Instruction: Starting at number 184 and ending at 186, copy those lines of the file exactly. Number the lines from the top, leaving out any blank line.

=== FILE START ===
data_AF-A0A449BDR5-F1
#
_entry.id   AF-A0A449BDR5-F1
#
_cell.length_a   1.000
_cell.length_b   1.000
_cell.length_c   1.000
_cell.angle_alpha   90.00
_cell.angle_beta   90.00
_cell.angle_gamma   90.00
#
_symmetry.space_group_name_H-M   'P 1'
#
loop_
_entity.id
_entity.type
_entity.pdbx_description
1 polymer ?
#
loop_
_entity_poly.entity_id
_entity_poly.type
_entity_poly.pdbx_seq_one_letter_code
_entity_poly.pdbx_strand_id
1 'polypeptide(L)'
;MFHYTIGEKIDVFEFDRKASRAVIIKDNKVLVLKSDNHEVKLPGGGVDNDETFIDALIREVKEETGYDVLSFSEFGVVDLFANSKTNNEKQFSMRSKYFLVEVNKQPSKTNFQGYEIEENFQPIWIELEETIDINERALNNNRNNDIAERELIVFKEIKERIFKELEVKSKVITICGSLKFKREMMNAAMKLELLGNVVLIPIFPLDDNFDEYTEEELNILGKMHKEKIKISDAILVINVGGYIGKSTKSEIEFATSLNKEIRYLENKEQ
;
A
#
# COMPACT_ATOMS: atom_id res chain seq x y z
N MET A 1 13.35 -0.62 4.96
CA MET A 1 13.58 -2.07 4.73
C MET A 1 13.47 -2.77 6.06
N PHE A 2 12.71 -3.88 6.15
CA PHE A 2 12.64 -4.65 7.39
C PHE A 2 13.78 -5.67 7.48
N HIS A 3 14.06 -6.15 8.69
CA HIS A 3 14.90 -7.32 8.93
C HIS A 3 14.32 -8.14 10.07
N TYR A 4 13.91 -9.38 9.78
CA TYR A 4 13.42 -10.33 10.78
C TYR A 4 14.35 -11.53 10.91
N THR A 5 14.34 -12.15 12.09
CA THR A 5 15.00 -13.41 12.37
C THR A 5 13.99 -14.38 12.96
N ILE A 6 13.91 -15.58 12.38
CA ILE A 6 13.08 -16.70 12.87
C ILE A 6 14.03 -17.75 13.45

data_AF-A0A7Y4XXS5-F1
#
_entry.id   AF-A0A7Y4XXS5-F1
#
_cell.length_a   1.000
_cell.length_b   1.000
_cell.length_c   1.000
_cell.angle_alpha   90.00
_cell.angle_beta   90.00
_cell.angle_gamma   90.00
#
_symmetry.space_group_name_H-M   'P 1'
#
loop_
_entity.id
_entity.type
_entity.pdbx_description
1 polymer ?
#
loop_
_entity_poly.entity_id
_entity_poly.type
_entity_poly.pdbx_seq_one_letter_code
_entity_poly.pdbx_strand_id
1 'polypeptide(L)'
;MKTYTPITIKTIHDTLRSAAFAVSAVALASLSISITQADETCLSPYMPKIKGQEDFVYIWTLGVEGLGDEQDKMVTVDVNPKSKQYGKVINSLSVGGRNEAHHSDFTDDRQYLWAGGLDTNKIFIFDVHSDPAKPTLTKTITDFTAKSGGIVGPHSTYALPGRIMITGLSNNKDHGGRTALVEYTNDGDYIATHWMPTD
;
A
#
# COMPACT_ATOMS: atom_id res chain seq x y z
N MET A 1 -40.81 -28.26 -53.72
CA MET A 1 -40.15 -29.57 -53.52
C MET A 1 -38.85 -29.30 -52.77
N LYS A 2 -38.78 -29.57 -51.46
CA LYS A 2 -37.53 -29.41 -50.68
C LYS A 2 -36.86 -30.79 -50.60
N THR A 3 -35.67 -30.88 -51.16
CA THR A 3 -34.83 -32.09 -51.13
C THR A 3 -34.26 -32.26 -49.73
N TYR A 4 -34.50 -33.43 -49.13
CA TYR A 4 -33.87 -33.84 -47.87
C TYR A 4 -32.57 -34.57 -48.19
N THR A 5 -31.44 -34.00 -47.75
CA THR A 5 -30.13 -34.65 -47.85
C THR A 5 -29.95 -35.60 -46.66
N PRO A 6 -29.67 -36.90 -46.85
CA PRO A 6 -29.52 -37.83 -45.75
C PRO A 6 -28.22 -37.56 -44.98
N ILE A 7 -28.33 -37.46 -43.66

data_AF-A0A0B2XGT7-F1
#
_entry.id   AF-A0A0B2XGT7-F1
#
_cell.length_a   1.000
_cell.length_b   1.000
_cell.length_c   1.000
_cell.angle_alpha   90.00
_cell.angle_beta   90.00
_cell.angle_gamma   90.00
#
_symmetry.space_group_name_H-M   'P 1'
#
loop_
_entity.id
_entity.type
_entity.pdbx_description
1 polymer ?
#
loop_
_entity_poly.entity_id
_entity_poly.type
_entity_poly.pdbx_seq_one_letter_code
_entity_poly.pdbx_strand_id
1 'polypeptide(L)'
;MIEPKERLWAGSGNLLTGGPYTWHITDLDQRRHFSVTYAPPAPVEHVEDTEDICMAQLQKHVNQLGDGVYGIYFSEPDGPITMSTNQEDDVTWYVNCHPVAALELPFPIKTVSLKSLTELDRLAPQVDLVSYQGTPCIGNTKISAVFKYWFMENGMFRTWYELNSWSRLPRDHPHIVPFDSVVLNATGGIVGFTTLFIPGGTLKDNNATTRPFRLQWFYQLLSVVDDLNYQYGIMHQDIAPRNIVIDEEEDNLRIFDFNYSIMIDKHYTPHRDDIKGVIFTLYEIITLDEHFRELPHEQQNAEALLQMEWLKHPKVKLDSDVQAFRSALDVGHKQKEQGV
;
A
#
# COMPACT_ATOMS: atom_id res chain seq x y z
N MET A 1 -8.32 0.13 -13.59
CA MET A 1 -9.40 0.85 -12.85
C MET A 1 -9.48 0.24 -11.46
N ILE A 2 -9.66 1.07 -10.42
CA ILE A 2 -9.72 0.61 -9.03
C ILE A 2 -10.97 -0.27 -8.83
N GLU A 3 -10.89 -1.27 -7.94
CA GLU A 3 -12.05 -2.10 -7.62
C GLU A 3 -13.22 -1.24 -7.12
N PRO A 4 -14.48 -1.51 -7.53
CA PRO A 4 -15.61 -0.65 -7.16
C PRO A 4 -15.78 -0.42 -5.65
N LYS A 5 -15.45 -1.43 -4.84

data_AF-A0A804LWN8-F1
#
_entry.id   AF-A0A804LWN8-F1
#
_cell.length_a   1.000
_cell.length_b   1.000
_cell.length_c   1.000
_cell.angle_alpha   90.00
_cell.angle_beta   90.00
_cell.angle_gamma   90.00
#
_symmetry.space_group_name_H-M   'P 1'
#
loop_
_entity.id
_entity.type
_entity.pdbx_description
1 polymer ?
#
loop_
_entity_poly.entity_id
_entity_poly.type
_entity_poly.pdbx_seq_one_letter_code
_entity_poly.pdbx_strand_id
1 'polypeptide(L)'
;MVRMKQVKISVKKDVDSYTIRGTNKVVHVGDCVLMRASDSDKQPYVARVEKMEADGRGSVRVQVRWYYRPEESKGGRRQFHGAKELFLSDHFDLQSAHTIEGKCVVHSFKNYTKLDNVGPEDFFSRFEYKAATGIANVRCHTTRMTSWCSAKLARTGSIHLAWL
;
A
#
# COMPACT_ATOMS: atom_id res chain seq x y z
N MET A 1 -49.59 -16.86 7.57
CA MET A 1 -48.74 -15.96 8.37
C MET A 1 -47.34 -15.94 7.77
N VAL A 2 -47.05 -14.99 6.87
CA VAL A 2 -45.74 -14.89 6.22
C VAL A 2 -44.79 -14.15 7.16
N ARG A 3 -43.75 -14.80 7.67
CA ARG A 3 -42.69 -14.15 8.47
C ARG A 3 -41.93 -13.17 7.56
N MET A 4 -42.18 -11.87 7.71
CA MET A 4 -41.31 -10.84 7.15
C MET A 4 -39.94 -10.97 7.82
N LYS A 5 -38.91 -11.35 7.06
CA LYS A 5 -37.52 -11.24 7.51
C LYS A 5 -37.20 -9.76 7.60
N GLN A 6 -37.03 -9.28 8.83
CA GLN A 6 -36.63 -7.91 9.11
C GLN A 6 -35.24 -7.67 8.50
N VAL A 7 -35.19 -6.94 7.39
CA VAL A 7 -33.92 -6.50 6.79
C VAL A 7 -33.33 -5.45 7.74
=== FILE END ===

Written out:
CA LYS A 5 -37.52 -11.24 7.51
C LYS A 5 -37.20 -9.76 7.60
N GLN A 6 -37.03 -9.28 8.83